In Aaargh! Condor, you play as a man who really hates a large bird.
There’s a condor flying around, and in about 10 seconds, it’s gonna steal a dude. According to one of the only contemporary reviews of Aaargh! Condor – a name that I will repeat as many times as possible in this short post – the dude is actually a damsel in distress, but it’s irrelevant. You’ve gotta kill that condor.
At the top of a hill, there is a spear. Hazards litter the road to the top. You’ve got snakes, porcupines, fires, falling condor eggs, a strange man who shoot arrows at you, and something that looks like a pair of eyeballs sticking out of the ground. Once you dodge all of them and climb to the top, you hurl the spear off the hill at the condor. If you kill it, another condor appears, and you do it again. Aaargh, condor!
Aaargh! Condor goes extremely quickly. You only get a fraction of a second to react to the hazards, especially the arrow man, who comes out of nowhere. The challenge depends half on reaction time and half on memorizing when something will jump out. You get points for dodging attacks too, so you can run up a decent score even if you let the damsel get eaten.
This has to be one of the most inane premises for a game like this, and god help me, I wanted to keep trying to get that condor. It was almost a compulsive reaction. Aaargh! Condor wastes absolutely no time between the start of the game and fighting a huge bird. And then fighting another huge bird. Aaargh! Condor!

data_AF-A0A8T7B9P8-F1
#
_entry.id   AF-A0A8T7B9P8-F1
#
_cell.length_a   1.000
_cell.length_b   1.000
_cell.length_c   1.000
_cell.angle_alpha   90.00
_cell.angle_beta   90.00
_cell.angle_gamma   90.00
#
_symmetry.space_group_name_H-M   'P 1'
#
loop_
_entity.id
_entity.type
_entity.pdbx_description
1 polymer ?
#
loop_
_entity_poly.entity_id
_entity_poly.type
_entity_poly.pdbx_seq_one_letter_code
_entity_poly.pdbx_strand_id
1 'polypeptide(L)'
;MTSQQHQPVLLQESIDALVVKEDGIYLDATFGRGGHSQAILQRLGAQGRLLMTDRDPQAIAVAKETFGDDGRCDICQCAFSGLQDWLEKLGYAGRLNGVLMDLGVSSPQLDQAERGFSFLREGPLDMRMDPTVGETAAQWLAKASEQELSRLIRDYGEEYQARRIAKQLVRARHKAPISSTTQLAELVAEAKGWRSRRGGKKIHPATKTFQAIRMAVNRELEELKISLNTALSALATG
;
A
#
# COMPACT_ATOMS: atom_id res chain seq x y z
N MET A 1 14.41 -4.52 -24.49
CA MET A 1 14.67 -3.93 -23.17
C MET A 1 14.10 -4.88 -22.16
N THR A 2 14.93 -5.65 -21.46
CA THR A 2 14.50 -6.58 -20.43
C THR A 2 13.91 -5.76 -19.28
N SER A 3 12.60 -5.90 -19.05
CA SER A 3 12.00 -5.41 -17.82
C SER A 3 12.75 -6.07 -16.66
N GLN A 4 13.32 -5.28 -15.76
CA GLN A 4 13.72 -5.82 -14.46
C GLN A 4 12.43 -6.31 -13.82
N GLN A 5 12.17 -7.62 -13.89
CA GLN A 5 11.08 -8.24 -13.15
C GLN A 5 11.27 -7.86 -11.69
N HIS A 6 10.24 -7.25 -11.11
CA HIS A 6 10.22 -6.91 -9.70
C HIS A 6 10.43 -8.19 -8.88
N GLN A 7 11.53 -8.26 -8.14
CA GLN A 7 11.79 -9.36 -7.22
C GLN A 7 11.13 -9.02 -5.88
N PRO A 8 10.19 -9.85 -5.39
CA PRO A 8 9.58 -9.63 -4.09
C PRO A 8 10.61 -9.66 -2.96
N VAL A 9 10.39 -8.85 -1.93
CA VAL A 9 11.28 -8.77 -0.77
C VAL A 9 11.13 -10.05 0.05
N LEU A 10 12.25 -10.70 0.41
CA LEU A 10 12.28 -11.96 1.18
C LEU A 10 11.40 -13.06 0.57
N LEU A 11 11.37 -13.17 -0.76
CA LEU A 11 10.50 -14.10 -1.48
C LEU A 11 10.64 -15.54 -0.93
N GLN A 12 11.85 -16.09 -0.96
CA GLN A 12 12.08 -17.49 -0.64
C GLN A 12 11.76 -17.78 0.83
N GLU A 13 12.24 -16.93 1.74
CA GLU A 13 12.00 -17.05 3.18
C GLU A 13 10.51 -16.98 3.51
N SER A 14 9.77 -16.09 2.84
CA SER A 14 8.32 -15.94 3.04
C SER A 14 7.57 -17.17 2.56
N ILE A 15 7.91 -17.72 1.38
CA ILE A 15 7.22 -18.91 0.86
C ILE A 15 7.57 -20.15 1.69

I am a complete sucker for this sort of title and am doubly endeared to it by the fact its frantic gameplay matches the intensity of the scream “Aaargh! Condor.” Thank you for making me aware of this!
I wonder if anyone knows anything about the game’s author Alan G. Osborne. I see they made a handful of games in 1983 published by the Games Machine. Does anyone know how to contact Alan? (I am, I confess, tempted to remake this game).
I haven’t tried contacting him, and I’m not quite sure how! MobyGames says Games Machine was based out of Hertfordshire in the UK, if that’s any remote help.